What does it mean to be transgender?
There is a difference between ‘gender’ and ‘sex’. When we are born, we are given a biological sex; we are labelled either a ‘girl’ or a ‘boy’. Gender, by contrast, is more about how we think of ourselves, how we want to be known by others, or how we want to be seen in society. In this way, we define our own ‘gender identity’ and this might change throughout our lives. Sometimes though, when we present our gender in a different way to society’s norms of ‘male’ or ‘female’, we might encounter prejudice or be stigmatised. Often this arises as a result of people being ignorant about what it truly means to be transgender, or from the thoughts and beliefs they hold or have been brought up with.
Some people find that their sex and gender identity match up – this is called ‘cisgender’. For others this doesn’t happen: this is called transgender, trans, non-binary, gender-fluid or gender questioning. Transgender individuals can identify as any sexuality regardless of their biological sex.The teenage years can often be the most challenging in life and lots of questions arise in connection to our gender and identity at this time. One day we might feel we lean more towards having female attributes; the next day we might feel we have more male characteristics. Though society tends to depict gender as rigid and unchanging − none of this is true − for many it can feel fluid and changeable. As a result of these perceived ‘norms’ that society promotes, a person can feel judged, ridiculed, bullied, harassed, tormented and overwhelmed. This has been seen to cause high levels of anxiety, depression and other mental health issues.
What changes do we experience in puberty and how can it impact us?
Puberty usually starts from around 8 to 14 years and is a slow process which takes a number of years to complete. Those with a female body tend to start puberty earlier than males. When puberty begins, the body releases hormones: in males these are released in the testes, and in females the ovaries. These hormones are responsible for bodily changes like breasts developing (for females), testes increasing in size (for males), as well as increased growth of hair under the arms, genital areas, and legs. Those assigned male at birth begin to grow facial hair; those assigned female at birth begin periods. At this time, fertility in both sexes develops, and growth spurts can also occur. Puberty is one of the most intense periods of change in emotional, identity and sexual development.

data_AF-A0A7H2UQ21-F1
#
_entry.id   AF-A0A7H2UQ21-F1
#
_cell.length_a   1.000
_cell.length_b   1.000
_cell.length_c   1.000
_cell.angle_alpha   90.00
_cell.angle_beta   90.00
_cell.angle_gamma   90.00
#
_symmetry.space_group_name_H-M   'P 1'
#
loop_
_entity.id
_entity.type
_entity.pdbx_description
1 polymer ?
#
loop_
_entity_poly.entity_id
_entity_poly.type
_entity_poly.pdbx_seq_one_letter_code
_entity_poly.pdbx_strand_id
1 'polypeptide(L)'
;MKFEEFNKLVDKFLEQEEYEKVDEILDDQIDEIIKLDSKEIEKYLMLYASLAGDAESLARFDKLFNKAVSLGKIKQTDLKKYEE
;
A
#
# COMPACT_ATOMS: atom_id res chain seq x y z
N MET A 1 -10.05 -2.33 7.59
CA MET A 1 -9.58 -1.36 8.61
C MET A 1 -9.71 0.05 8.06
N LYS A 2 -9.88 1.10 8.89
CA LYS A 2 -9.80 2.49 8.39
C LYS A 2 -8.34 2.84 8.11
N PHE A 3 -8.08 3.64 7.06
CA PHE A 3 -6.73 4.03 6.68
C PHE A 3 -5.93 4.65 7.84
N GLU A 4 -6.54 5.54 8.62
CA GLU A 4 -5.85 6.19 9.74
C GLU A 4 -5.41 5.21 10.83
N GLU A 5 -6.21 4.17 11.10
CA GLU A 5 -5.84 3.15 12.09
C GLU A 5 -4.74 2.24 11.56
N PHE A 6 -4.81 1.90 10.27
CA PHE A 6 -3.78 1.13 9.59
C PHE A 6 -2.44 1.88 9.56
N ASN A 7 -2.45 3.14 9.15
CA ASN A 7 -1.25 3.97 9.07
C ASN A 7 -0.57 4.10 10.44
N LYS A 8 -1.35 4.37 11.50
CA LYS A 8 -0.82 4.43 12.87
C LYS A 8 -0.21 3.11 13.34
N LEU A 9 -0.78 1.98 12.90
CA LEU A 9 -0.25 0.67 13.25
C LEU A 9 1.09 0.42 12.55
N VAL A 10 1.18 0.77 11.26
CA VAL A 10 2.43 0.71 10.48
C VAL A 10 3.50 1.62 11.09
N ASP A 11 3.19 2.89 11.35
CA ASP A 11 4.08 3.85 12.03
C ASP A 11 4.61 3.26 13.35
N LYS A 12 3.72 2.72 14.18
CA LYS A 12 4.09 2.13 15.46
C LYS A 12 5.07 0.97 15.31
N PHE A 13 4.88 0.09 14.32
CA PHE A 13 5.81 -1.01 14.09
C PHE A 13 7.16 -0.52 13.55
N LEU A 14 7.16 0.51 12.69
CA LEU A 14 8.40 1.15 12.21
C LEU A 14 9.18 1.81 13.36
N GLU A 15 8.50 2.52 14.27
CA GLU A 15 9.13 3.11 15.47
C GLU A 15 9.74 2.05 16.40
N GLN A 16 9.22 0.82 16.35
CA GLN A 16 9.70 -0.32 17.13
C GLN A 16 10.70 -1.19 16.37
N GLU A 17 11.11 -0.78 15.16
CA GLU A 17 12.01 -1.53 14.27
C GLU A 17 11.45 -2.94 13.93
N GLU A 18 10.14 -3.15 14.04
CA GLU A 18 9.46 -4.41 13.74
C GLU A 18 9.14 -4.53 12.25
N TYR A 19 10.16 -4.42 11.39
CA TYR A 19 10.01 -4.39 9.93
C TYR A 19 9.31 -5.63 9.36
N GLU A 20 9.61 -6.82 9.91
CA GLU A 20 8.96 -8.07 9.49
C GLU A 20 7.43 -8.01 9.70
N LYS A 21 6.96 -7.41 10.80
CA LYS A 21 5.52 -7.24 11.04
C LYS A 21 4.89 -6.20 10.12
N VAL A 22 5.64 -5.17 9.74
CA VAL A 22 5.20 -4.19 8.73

What does it mean to be transitioning?
When a person has decided that they want to identify with a certain gender, they then might begin changing the clothes they wear, their hairstyle etc., a process that is sometimes called ‘transitioning’. It is through this process that a person moves towards being true to themselves and identifying with the gender of their choice. Some people will begin to ask others to address them in a different way -by changing their names, for example. They may even begin to take hormones and consider surgery to change the way they look and feel. Here, medical assessments, support and interventions will assist this life-changing decision. To completely transition to your preferred gender, medical intervention, legal, and social support will all be necessary. It is not an easy path to follow and is a big step to take – you will need to be emotionally and spiritually ready to undertake this long-term process.
What does ‘coming out’ mean?
‘Coming out’ is when you decide to tell others about your gender identity, which can be a big step for some people. Sometimes it can feel like a huge relief, as if a weight has been lifted off your shoulders, while at other times it can cause a lot of stress and anxiety; we are never quite sure how our family, friends, peers, colleagues etc. will respond. People will react in different ways: some will understand and support your choice immediately, whereas for others it may take time to process. There will even be those who will not accept it and might become judgemental or abusive. Any emotional or physical abuse is never tolerated and if you believe you are victim you should always consider contacting the police.
In addition, there are many organisations you can contact to help you including:
If you live in Gloucestershire and are aged 9-21, you can get support from our TIC+ counsellors. TIC+ works hard at raising funds so they can arrange for a counsellor to see you for free, all you need to do is call us on 01594 372777 or text us on 07520 634063 to arrange an appointment. We know it can be hard to take that first step but, like the other young people we’ve helped, you’ll be so glad you did.
If you need to speak to someone urgently, call Childline on 0800 1111, NHS 111 (on 111) or the Samaritans on 116 123. There’s always someone there to help, and any conversations you have with them are confidential.
For more advice check out our SUPPORT RESOURCES page!